Review: Spooks Volume 2

Published On August 27, 2012 | By Richard Bruton | Comics, Reviews

Spooks Volume 2: Century Club

By Xavier Dorison and Fabien Nury, art by Christian Rossi


Important personalities have been dying or going crazy. Investigator Morton Chapel and his men discover that they are on the trail of an ancient evil, something dating back to ancient Babylon and brought back to life by a British occultist. As the dark magician leaves a trail of corruption throughout the country’s ruling elite, the Spooks realise that the threat is directed at the highest level of government—and only they can stop it.

I enjoyed Volume 1 an awful lot, this rather interesting and involving crime fighting supernatural caper from Xavier Dorison – a man with form, responsible as he is for one of my favourite Cinebook tales thus far; the excellent Long John Silver.

Okay, so Spooks may not be living up to that brilliance, but it’s certainly there or there abouts. Like I said with Volume 1; this is The Magnificent Seven meets The X-Files. And it’s still putting a smile on my face.

Well, here we go for a second volume, everything’s in place, we know our cast of SPOOKS, the team of unique individuals led by English shaman Morton Chapel, and assembled by the president’s man Richard Clayton. They don’t necessarily get on, which means lots of fun stuff later no doubt. But here we’re almost straight into the complexities, the plot threads left dangling with the introduction of Kathryn Lennox and her very well connected but very disfunctional family are well and truly tied up here, the team developed and characters expanded upon.

(The cast assembles. The cast bickers)

Along the way you’ll uncover the corruption and deception threatening the very highest levels of the political classes in this very young, turn of the 20th Century America, not quite wild, certainly not west. And it’s a very familiar name at the heart of the threat, a British occultist of high repute. Can you guess who? Yes, him. The go to name for evil occultists in comics.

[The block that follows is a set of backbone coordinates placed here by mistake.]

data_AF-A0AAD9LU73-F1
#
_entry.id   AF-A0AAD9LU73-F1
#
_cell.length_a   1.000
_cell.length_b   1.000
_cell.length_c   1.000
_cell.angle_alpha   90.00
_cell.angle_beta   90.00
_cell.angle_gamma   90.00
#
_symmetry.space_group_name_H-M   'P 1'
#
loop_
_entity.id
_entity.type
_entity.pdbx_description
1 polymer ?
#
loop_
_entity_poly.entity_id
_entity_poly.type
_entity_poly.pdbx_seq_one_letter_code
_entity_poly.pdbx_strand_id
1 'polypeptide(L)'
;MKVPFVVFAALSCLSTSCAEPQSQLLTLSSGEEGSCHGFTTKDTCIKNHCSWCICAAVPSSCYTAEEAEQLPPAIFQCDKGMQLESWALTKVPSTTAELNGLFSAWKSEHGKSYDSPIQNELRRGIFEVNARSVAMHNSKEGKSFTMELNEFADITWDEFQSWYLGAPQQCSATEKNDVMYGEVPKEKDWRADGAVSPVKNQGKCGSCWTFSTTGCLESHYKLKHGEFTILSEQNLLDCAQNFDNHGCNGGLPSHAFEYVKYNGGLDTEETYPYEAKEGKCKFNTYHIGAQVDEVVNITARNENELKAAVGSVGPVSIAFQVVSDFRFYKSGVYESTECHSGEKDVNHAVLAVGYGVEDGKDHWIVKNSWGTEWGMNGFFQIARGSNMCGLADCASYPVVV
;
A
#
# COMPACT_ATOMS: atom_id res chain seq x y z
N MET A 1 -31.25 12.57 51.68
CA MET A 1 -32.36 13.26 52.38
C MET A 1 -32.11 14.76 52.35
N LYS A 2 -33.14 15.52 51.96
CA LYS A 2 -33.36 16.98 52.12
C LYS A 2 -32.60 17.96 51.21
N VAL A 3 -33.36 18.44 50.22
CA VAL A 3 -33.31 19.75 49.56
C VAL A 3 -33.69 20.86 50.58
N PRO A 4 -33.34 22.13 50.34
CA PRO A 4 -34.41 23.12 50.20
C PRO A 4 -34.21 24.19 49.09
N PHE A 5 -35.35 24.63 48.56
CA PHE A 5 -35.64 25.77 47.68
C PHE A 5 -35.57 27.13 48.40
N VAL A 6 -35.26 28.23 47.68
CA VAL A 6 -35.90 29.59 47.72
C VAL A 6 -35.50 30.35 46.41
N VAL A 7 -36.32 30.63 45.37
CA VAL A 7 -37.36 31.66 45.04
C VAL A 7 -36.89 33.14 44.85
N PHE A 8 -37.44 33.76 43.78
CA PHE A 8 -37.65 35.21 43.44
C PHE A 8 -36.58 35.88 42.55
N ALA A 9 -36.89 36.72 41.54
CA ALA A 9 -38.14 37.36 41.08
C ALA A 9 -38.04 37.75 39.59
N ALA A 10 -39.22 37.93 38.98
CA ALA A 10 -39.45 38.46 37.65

(Famous British occultist. You have one guess. You will guess right.)

But aside from that predictable reliance on villains, there’s certainly no letup here in the cleverness of the plot. And there’s a lot of plot to be getting through, perhaps even a little too much, or at least a few too many complex and tangential plot threads to realistically make work in just 54 pages? Or maybe trying to start it on the beach with child and child’s friend wanting me to make complex sand structures was the problem? Whatever it was, it’s nothing too troubling, and easily resolved with a little concentration.

And as good as the plotting is, the art by Rossi matches it. He gets it absolutely right almost every step of the way here, keeping that fine balance between good, simple, straightforward storytelling to keep hold of the complex plot, and throwing a little flashy stuff in simply because he’s oh so capable of it.

(How’s that for compellingly simple storytelling. Love, love, love this sequence. And yes, I know it’s been done before. Don’t care. Looks lovely here.)

If there’s one thing to pick fault with just slightly it’s the occasional confusion over the characters, with a few faces a little too similar, but again, some of that might be down to that beach, and those kids grabbing my attention again?

And as for what sort of flashy…. how about this?

(That’s just half the double page spread. Bloody gorgeous, yes?)

Yep, it builds on the success of the first volume, and goes beyond that, to some really fun places. It’s not pushing anything, not really, but it’s delivering really good genre silliness and then some. It’s another of those great Cinebook titles that does that very best of things and delivers a fun, thrilling, twisty genre based thing.


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About The Author

Richard Bruton

– Started in comics retail aged 16 at Nostalgia & Comics, Birmingham. Now located in Yorkshire, he’s written for the Forbidden Planet International Blog since 2007. Specialising in UK Comics and All-Ages comics, Richard’s day job in a primary school allowed him to build the best children’s graphic novel library in the country.

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